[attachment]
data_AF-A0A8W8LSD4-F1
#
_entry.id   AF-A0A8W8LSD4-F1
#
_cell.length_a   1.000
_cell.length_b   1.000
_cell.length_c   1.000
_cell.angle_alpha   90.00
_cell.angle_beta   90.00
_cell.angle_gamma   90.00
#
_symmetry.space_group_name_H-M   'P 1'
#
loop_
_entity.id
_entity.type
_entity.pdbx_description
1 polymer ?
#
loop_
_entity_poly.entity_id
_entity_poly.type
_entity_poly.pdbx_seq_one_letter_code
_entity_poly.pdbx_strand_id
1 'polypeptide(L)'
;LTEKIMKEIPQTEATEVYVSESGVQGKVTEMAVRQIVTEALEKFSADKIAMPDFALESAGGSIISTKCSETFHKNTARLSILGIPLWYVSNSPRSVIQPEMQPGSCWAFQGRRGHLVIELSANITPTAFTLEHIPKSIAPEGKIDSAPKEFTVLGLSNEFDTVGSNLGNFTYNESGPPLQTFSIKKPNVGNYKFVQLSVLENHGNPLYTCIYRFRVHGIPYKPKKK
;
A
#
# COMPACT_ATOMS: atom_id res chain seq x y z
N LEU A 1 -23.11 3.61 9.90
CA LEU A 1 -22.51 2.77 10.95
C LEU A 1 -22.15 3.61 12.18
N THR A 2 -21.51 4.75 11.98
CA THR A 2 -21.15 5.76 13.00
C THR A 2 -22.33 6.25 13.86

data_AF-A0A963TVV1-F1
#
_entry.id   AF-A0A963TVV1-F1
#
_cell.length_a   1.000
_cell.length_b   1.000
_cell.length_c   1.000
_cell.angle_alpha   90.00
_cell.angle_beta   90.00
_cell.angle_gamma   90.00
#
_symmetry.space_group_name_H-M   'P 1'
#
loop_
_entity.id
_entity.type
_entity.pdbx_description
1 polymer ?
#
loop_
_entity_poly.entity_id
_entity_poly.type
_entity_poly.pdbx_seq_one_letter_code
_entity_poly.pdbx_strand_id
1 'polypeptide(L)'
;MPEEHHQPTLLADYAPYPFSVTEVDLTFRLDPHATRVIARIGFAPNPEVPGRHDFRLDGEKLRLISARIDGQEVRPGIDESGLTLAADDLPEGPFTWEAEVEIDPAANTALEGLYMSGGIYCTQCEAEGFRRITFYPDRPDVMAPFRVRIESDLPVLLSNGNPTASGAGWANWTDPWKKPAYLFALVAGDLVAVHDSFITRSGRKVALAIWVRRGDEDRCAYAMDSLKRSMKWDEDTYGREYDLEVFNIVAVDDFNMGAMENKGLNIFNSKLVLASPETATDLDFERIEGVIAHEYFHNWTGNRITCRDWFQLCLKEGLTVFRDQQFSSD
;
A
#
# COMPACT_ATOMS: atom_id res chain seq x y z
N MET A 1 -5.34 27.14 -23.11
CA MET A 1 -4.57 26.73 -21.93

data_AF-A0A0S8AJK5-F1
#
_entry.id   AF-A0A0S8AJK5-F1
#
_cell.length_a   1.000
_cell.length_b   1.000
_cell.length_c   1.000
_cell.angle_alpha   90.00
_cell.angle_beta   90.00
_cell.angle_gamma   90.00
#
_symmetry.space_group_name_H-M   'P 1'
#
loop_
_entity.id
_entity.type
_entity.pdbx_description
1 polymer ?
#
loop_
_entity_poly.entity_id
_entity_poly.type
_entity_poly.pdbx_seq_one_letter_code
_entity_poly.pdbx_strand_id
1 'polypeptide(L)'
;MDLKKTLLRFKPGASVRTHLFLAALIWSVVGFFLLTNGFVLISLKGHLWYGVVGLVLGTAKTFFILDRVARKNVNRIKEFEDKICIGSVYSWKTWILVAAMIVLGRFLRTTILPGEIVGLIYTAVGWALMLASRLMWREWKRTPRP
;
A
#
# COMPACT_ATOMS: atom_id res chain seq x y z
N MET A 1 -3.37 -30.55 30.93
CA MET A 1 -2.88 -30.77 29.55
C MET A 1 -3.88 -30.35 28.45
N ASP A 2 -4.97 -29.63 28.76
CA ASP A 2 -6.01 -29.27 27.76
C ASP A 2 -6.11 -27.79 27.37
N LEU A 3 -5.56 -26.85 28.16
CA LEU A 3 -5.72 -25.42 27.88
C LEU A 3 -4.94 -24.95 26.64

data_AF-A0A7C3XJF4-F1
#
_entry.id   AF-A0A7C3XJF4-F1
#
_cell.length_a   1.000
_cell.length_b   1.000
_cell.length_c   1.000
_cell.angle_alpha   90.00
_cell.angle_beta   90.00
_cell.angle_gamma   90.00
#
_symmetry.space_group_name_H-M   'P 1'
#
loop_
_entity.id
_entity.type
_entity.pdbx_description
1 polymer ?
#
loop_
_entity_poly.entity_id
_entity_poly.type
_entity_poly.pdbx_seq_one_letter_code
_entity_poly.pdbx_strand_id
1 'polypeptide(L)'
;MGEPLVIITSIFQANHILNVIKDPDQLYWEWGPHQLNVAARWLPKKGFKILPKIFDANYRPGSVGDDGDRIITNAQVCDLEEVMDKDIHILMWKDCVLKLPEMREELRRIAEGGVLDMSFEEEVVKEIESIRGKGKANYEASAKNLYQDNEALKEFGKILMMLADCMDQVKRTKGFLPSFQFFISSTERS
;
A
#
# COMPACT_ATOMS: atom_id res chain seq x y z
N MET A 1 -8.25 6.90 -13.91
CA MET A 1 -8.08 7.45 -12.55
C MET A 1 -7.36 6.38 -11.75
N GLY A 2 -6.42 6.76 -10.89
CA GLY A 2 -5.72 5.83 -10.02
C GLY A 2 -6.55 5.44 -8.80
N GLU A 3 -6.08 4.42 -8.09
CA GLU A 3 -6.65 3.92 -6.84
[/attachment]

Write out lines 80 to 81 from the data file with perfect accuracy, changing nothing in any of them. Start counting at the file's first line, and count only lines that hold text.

_symmetry.space_group_name_H-M   'P 1'
#